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226 arrests, a flipped police car

Anti-police brutality march spreads through downtown area

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Thursday night’s anti-police brutality protest turned ugly when demonstrators and police clashed in the streets of downtown Montreal. Around 2,000 protesters turned out for the demonstration, gathering at the Berri-UQAM metro station at 5 p.m. before marching through the downtown area.

Some demonstrators wore red squares around their right eyes in solidarity with CEGEP student Francis Grenier, whose right eye was injured last week when hit with a flash grenade thrown by a police officer.

The anti-police brutality demonstration, organized by the Collectif opposé à la brutalité policière (COBP), was marred by small groups of protestors who took part in acts of sporadic violence. Projectiles were hurled at store windows and police vehicles along Ste. Catherine, after riot police stopped the march in front of McGill’s Strathcona Music building and demonstrators diverted to Ste. Catherine.

The violence was widely condemned by other demonstrators, however, who responded to most instances of vandalism by booing. After a masked man unsuccessfully tried to force open an ATM machine with a garbage can, he was surrounded by the crowd.

At 6:30 p.m., riot police scattered the crowd into several smaller groups by detonating flash grenades and repeatedly charging demonstrators. A standoff occurred between a splinter group of demonstrators and police on the corner of Drummond and Ste. Catherine at 7 p.m.

The group, which consisted mostly of bystanders, was later pushed up Ste. Catherine. A parked police car was smashed and overturned along the way by demonstrators wearing masks.

Shortly after 7 p.m., roughly 200 demonstrators, most of them masked, flooded down the McTavish steps on to McGill’s lower campus. The crowd made its way past the Redpath Museum, while one demonstrator stood atop its steps and led a chant, in French, of “Whose streets? Our streets!”

The crowd passed through the Y-intersection, moving towards Burnside Hall. When the group tried to exit campus onto University, police turned them back.

Riot police appeared next to the eastern wall of Burnside. One protestor threw what appeared to be a rock at the officers, who did not respond. Blocked from University, the crowd made for the Roddick Gates and exited campus on Sherbrooke.

Around 200 demonstrators regrouped in Place Émilie-Gamelin. Rows of riot police stood along Ste. Catherine between the metro station and St. Hubert. Police used pepper spray on demonstrators on at least two different occasions in the square to move the crowd away from police lines.

At least four police officers arrested Jake Impellizeri at 7:56 p.m. on Ste. Catherine. As he was handcuffed, Impellizeri claimed that he did “nothing wrong” and was about to head home.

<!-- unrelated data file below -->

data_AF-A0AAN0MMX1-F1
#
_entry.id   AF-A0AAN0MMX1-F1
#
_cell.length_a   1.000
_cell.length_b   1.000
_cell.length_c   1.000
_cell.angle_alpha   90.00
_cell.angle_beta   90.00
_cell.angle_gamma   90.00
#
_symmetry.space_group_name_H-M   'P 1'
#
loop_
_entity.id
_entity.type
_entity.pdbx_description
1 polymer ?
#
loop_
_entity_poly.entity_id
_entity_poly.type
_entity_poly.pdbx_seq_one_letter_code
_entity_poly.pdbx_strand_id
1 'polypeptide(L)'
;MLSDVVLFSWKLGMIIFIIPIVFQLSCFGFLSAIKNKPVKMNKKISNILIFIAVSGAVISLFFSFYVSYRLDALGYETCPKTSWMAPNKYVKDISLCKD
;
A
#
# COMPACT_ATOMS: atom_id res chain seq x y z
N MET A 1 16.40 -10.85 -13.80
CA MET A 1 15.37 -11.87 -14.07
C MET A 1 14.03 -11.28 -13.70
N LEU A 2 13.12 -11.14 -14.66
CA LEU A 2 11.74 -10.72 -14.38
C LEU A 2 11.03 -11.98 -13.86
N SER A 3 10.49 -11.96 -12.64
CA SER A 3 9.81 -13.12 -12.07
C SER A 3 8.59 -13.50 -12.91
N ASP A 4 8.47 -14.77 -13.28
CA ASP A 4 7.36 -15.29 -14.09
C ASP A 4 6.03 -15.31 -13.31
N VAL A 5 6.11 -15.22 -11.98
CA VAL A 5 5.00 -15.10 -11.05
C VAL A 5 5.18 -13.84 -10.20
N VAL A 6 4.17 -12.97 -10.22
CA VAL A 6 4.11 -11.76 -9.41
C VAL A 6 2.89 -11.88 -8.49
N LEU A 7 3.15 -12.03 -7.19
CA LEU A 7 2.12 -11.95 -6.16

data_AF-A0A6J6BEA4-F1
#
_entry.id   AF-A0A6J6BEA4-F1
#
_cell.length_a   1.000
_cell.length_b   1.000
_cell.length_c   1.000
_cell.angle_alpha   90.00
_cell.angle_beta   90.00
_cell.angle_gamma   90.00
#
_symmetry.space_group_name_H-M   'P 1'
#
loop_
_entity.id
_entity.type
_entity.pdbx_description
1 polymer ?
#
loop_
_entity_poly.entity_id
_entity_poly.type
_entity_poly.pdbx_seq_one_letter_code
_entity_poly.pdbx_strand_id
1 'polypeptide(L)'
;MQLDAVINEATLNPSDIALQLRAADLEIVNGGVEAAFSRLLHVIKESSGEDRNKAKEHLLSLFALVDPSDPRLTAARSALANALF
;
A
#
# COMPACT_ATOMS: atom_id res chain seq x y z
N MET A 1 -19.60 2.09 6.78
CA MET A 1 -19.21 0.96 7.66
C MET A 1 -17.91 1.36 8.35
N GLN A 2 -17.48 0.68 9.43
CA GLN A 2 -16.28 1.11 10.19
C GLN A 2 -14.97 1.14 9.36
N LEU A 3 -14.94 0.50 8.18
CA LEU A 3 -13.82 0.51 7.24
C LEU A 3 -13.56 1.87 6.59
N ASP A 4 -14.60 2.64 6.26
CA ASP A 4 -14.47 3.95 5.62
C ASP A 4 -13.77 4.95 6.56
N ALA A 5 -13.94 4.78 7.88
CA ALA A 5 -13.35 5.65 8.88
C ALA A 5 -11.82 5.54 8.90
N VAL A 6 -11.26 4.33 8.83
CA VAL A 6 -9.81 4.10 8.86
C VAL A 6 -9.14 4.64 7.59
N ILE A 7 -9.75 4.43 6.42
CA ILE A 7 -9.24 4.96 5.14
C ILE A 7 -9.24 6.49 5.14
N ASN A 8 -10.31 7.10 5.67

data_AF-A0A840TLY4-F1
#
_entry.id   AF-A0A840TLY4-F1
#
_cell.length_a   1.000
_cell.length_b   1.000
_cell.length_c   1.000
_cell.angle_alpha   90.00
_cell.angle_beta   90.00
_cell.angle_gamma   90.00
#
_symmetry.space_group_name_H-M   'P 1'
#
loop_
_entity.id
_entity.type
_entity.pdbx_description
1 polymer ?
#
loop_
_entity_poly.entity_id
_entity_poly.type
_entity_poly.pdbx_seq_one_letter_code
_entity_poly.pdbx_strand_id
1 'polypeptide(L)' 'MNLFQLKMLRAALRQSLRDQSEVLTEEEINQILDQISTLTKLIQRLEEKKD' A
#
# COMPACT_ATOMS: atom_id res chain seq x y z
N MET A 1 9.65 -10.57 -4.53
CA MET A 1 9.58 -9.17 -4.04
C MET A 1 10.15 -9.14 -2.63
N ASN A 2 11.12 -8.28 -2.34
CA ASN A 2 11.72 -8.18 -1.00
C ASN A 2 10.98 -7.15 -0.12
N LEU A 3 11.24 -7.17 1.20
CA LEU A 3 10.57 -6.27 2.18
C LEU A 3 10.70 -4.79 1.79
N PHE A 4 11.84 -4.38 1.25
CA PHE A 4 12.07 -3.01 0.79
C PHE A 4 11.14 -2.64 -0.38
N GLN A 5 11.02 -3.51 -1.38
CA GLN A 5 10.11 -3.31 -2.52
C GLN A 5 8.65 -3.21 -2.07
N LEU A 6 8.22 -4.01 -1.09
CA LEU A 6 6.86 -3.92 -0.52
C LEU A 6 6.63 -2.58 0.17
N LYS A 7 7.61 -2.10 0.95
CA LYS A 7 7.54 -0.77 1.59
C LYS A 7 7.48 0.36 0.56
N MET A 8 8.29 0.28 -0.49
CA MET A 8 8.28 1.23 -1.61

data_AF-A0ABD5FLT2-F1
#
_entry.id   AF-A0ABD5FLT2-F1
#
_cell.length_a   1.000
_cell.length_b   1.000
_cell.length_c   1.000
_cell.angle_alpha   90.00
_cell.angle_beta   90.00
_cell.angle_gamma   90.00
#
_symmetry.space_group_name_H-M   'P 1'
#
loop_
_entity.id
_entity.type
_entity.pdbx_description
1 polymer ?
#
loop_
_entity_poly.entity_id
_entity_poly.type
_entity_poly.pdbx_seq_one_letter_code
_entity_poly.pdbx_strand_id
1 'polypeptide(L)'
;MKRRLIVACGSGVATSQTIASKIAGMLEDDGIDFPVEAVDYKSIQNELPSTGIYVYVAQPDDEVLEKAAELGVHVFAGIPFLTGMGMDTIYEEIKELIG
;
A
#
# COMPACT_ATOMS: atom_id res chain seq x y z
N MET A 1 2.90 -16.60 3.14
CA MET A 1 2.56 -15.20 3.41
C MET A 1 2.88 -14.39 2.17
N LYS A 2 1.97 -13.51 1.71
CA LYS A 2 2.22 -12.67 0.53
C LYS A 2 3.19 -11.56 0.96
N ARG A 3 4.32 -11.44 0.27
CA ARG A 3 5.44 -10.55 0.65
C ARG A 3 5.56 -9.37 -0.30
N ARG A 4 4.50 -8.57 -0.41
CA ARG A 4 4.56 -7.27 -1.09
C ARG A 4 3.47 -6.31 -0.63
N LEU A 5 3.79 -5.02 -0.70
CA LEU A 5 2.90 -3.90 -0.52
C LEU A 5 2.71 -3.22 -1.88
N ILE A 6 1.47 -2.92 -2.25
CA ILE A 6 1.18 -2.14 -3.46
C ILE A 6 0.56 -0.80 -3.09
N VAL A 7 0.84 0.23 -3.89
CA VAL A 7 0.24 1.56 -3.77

His friend, William Karshaw, stood by and watched the arrest.

“We were just standing, just like everyone else just watching. I guess he didn’t get a chance to get out of the way fast enough, and he was thrown to the ground and arrested,” Karshaw said. “We weren’t doing anything wrong…we were moving out of the way.”

At around 8:15 p.m., more demonstrators arrived at the square, bringing the crowd up to 400 people. The centre of the demonstration – and primary site of interactions with riot police – shifted to the intersection of Berri and Maisonneuve in the northwest corner of the square. Seven officers on horseback held the intersection.

Around twenty minutes later, between 100 and 150 people were kettled and arrested outside the National Archives and Library of Quebec. The demonstrators were encircled after riot police charged the crowd. Lines of police officers, vehicles, and ambulances, blocked off the area so that no one could get in or out.

Riot police charged south down Berri and west on Maisonneuve, further dispersing demonstrators. 100 demonstrators remained in the northwest corner of the square until 9:06 p.m., at which time riot police charged again, pushing demonstrators out of the square. The demonstration dissolved a short time later.

At around 9:30 p.m., the demonstrators arrested outside the National Archives were read their rights in English and French. According to a police officer on the scene, a mass arrest could take up to two hours to process. Each demonstrator was accompanied by two officers to be frisked, their bags searched, and loaded onto STM buses to go to a detention centre.

The officer said that there was no resistance from demonstrators. One demonstrator was led out of the group to an ambulance by two officers. In total, the police reported that over 226 people were arrested, and seven officers injured.


—with files from Eric Andrew-Gee